the process of fabricating it: “I drew the axe head pattern on a large sheet of paper and cut it out. I then traced it onto foam floor mat and flipped the pattern and traced it onto another piece of foam floor mat so I had two halves of the axe to sandwich the PVC handle between. I then glued them together with contact cement. I used a dremmel tool to shape the axe blade and pick. I wrapped the handle to look like a leather grip. The foam head was sealed with two layers of modge podge and then spray painted the whole thing black. Then I dry brushed the metal parts with silver paint, painted brown over the leather parts and dry brushed a lighter brown on the leather.” Thanks Jack…looks great!
Much of my work, however, was not so easy. Some how, I seam to end up doing things the hard and expensive way, but the pieces I’ve made are durable and can be made again because I make molds for about everything I produce. Having a mold means you could make several and you can experiment with casting in different materials. Fiberglass, pour resin casting, or foam are usually the choices of media to manufacture in.
It is a long withstanding or known rule that when bringing a prop firearm with you to a Comic Convention that you paint the tip red or orange for easy visibility to let Con folk and staff know that your piece is fake or harmless.
I hope that this may have been a little inspiring for you to get motivated and be thinking and executing your plans for the next convention you’ll be attending. Prop weapons are a must and there is nothing like posing for pics by excited Con guests wishing that they had a cool prop to go with their costume.
The best conversation piece in my collection is my 1:1 scale Cylon bust display I made from the reimagined series of Battlestar Galactica. It’s popular because of my effort to get it signed by as many cast members from the show as I could. I’m now only missing two autographs that would satisfy my endeavor (Grace Park and Lucy Lawless). For me the value I posses is in sentiment and not really monetary which are the two different types of value one would attempt by having their piece signed.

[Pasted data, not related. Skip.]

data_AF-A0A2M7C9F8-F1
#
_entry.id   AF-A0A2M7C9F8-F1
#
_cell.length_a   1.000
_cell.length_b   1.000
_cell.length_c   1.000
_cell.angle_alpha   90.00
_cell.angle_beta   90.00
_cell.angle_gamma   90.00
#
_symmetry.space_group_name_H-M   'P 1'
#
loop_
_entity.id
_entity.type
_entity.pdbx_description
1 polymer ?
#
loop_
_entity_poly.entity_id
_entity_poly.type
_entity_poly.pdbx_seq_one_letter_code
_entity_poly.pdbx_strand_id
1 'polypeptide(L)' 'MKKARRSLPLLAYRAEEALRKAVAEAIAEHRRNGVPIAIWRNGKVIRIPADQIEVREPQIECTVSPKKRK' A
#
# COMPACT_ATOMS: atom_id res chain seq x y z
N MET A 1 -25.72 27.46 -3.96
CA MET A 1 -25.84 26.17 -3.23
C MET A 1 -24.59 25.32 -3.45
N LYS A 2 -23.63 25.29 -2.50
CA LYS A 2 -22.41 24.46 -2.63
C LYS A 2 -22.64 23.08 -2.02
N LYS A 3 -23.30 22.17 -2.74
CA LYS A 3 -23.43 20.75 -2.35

Kara “Starbuck” Thrace played by Katee Sackhoff signing a Viper helmet I made for a client
If your goals are monetary value and you plan on selling it I would suggest just the signature without a personalized message on the piece like “To a special fan…” or “Best Wishes ____________”. The sentimental approach, however, means it stays with you always and you’ll probably pass it down to someone special much later on who will appreciate it. Both ways are a great and fun way to enhance your collection.
Just getting your desired paraphernalia autographed isn’t enough anymore without getting a letter or proof of authenticity. There is a flooded market for comics and collectibles and a signature can easily be forged, so buyers want the proof. No sweat, every Con I’ve been to had a booth and offered a service for a letter of authenticity for about $20.00. That’s not cheap, though, especially if you add in the cost of the autograph that you had to pay for. I’ve seen the price of an autograph be from $20.00 to $250.00.
Personally, for me, I didn’t take the approach of the proof of authenticity. My proof is with the photos I managed to take of the actors signing or posing with me and my prop. Good photos can be printed out and displayed on the shelf with the collection. Leah Cairns will always have a special place with me because she was the first to sign my bust. She was so impressed with it that I offered to make one for her and she has one too now. She ended up doing exactly what we’re talking about now, which is getting it signed, when she took her bust on the set with her in the last days of the series and had her cast and crew friends sign it.
Leah’s Cylon Head I made for her when she took it on set during the last days of filming to get her cast friends to sign
Lieutenant Margaret “Racetrack” Edmondson played by Leah Cairns photo-op MegaCon 2008
Leah’s Cylon Head I made for her when she took it on set during the last days of filming to get her cast friends to sign
One last suggestion would be to always have a good black sharpee with you even though the actors always have several on hand with the many head and set shot photos to choose from at their table. Having a sharpee prepares you for a possible lucky encounter at a Con if you bump in to a famous guest in an elevator and they oblige in signing incognito. Don’t forget to get a pick as proof!